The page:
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Ellen White's Explanation of the Shut Door


Selected Messages Book 1, pages 62-64

Chapter Title: An Explanation of Early Statements

"While praying at the family altar, the Holy Ghost fell on me, and I seemed to be rising higher and higher, far above the dark world. I turned to look for the advent people in the world, but could not find them--when a voice said to me, 'Look again, and look a little higher.' At this I raised my eyes and saw a straight and narrow path, cast up high above the world. On this path the advent people were traveling to the city, which was at the farther end of the path. They had a bright light set up behind them at the first end of the path, which an angel told me was the midnight cry. This light shone all along the path, and gave light for their feet so they might not stumble. And if they kept their eyes fixed on Jesus, who was just before them, leading them to the city, they were safe. But soon some grew weary, and they said the city was a great way off, and they expected to have entered it before. Then Jesus would encourage them by raising His glorious right arm, and from His arm came a glorious light which waved over the advent band, and they shouted, Hallelujah! Others rashly denied the light behind them, and said that it was not God that had led them out so far. The light behind them went out, leaving their feet in perfect darkness, and they stumbled and got their eyes off the mark and lost sight of Jesus, and fell off the path down into the dark and wicked world below."

Now follows the passage said to be in the original work, but not found in Experience and Views nor in Early Writings:

"It was just as impossible for them {those that gave up their faith in the '44 movement} to get on the path again and go to the city, as all the wicked world which God had rejected. They fell all the way along the path one after another."

It is claimed that these expressions prove the shut-door doctrine, and that this is the reason of their omission in later editions. But in fact they teach only that which has been and is still held by us as a people, as I shall show.

For a time after the disappointment in 1844, I did hold, in common with the advent body, that the door of mercy was then forever closed to the world. This position was taken before my first vision was given me. It was the light given me of God that corrected our error, and enabled us to see the true position.

I am still a believer in the shut-door theory, but not in the sense in which we at first employed the term or in which it is employed by my opponents.

There was a shut door in Noah's day. There was at that time a withdrawal of the Spirit of God from the sinful race that perished in the waters of the Flood. God Himself gave the shut-door message to Noah:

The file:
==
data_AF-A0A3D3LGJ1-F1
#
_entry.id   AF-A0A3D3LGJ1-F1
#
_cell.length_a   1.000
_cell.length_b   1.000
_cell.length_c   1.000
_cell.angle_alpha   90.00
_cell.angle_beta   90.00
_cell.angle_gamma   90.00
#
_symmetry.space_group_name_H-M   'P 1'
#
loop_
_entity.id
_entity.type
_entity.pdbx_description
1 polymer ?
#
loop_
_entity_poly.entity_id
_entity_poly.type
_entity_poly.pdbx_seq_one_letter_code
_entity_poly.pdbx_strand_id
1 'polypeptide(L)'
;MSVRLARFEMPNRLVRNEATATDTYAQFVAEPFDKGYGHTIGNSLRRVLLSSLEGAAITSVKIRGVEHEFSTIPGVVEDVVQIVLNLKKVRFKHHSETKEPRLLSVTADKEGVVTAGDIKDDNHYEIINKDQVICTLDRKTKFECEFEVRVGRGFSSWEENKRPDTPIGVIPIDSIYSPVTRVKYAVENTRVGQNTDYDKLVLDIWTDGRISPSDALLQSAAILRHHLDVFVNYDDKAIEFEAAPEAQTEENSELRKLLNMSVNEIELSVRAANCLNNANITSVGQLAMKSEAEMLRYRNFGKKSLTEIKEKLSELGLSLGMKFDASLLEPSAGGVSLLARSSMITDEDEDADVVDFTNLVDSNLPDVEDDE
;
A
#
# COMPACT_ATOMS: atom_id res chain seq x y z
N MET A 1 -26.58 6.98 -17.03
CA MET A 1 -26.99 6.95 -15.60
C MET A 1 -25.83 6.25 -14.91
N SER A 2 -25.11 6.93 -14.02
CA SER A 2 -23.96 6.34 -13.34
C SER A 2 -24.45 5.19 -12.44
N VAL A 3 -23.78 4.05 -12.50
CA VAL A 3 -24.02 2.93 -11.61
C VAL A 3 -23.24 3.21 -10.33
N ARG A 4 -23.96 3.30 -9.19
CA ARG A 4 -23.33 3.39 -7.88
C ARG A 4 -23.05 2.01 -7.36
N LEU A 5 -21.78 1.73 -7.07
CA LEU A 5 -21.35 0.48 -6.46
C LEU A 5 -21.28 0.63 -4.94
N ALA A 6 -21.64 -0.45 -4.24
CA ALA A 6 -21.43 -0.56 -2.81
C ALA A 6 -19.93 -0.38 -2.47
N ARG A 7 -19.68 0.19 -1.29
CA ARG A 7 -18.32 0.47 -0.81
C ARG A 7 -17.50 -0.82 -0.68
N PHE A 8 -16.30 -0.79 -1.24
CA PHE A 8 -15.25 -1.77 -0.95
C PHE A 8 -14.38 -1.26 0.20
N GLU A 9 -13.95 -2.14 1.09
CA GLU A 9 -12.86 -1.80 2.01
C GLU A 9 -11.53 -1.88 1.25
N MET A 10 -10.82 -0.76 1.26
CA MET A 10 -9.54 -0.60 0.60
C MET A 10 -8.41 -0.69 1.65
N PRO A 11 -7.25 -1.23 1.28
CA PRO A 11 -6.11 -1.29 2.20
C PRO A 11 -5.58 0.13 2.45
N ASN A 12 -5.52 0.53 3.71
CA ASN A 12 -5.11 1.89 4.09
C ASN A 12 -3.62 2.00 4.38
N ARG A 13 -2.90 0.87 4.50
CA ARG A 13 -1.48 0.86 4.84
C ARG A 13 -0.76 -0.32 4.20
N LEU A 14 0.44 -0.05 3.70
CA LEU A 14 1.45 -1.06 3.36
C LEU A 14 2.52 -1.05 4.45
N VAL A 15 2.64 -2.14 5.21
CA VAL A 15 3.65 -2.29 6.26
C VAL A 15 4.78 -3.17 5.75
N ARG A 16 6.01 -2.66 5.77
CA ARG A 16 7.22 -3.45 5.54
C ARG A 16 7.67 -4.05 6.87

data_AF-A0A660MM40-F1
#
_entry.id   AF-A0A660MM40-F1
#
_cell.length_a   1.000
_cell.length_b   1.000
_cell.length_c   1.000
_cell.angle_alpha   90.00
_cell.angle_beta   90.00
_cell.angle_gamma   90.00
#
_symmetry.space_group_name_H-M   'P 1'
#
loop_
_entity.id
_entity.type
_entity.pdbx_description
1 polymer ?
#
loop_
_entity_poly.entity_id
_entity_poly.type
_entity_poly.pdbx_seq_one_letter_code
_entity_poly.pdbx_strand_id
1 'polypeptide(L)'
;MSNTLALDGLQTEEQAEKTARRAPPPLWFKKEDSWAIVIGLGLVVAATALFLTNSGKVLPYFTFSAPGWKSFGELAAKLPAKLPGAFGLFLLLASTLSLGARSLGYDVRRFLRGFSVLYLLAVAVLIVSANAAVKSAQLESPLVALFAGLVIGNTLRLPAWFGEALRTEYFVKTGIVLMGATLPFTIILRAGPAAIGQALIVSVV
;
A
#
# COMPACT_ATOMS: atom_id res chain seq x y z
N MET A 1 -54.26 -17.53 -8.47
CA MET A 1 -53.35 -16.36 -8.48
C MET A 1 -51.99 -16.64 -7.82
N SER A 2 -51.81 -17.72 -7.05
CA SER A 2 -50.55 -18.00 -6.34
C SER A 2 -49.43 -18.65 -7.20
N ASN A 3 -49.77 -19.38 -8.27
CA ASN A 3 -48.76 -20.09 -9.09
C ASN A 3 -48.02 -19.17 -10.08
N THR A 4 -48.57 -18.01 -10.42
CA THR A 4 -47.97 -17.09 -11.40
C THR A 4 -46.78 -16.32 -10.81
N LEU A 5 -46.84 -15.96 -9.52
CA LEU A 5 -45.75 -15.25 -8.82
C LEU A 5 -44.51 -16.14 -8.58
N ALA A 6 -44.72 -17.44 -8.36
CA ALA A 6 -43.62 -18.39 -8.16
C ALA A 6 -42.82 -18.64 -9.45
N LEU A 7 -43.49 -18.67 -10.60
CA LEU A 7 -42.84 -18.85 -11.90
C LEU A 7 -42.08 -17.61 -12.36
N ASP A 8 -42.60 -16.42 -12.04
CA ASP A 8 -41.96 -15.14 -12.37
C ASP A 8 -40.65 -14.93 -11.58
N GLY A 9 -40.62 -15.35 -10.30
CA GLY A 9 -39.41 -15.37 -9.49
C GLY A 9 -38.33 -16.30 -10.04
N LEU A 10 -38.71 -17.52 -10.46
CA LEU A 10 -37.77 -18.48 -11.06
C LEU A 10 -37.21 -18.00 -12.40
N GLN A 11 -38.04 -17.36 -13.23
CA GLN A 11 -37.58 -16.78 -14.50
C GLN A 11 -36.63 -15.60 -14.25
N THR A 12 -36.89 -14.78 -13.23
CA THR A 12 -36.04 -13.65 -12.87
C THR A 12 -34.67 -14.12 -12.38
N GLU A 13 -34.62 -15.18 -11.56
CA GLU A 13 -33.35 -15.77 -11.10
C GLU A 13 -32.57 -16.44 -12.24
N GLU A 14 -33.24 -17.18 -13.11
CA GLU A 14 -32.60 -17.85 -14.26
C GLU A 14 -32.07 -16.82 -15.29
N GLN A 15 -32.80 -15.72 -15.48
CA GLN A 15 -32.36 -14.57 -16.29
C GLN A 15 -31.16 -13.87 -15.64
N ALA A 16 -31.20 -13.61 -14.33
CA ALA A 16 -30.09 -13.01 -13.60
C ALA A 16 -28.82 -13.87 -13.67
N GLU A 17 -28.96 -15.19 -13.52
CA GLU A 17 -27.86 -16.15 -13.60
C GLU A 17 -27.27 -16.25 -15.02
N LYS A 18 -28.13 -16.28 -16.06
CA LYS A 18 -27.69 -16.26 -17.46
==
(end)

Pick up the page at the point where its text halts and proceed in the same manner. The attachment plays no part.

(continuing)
"My spirit shall not always strive with man, for that he also is flesh: yet his days shall be an hundred and twenty years" (Gen. 6:3).

There was a shut door in the days of Abraham. Mercy ceased to plead with the inhabitants of Sodom, and all but Lot, with his wife and two daughters, were consumed by the fire sent down from heaven.

There was a shut door in Christ's day. The Son of God declared to the unbelieving Jews of that generation, "Your house is left unto you desolate" (Matt. 23:38).

Looking down the stream of time to the last days, the same infinite power proclaimed through John:

"These things saith he that is holy, he that is true, he that hath the key of David, he that openeth, and no man shutteth; and shutteth, and no man openeth" (Rev. 3:7).

I was shown in vision, and I still believe, that there was a shut door in 1844. All who saw the light of the first and second angels' messages and rejected that light, were left in darkness. And those who accepted it and received the Holy Spirit which attended the proclamation of the message from heaven, and who afterward renounced their faith and pronounced their experience a delusion, thereby rejected the Spirit of God, and it no longer pleaded with them.

Those who did not see the light, had not the guilt of its rejection. It was only the class who had despised the light from heaven that the Spirit of God could not reach. And this class included, as I have stated, both those who refused to accept the message when it was presented to them, and also those who, having received it, afterward renounced their faith. These might have a form of godliness, and profess to be followers of Christ; but having no living connection with God, they would be taken captive by the delusions of Satan. These two classes are brought to view in the vision--those who declared the light which they had followed a delusion, and the wicked of the world who, having rejected the light, had been rejected of God. No reference is made to those who had not seen the light, and therefore were not guilty of its rejection.

In order to prove that I believed and taught the shut-door doctrine, Mr. C gives a quotation from the Review of June 11, 1861, signed by nine of our prominent members. The quotation reads as follows:

Our views of the work before us were then mostly vague and indefinite, some still retaining the idea adopted by the body of advent believers in 1844, with William Miller at their head, that our work for 'the world' was finished, and that the message was confined to those of the original advent faith. So firmly was this believed that one of our number was nearly refused the message, the individual presenting it having doubts of the possibility of his salvation because he was not in 'the '44 move.'

To this I need only to add, that in the same meeting in which it was urged that the message could not be given to this brother, a testimony was given me through vision to encourage him to hope in God and to give his heart fully to Jesus, which he did then and there.


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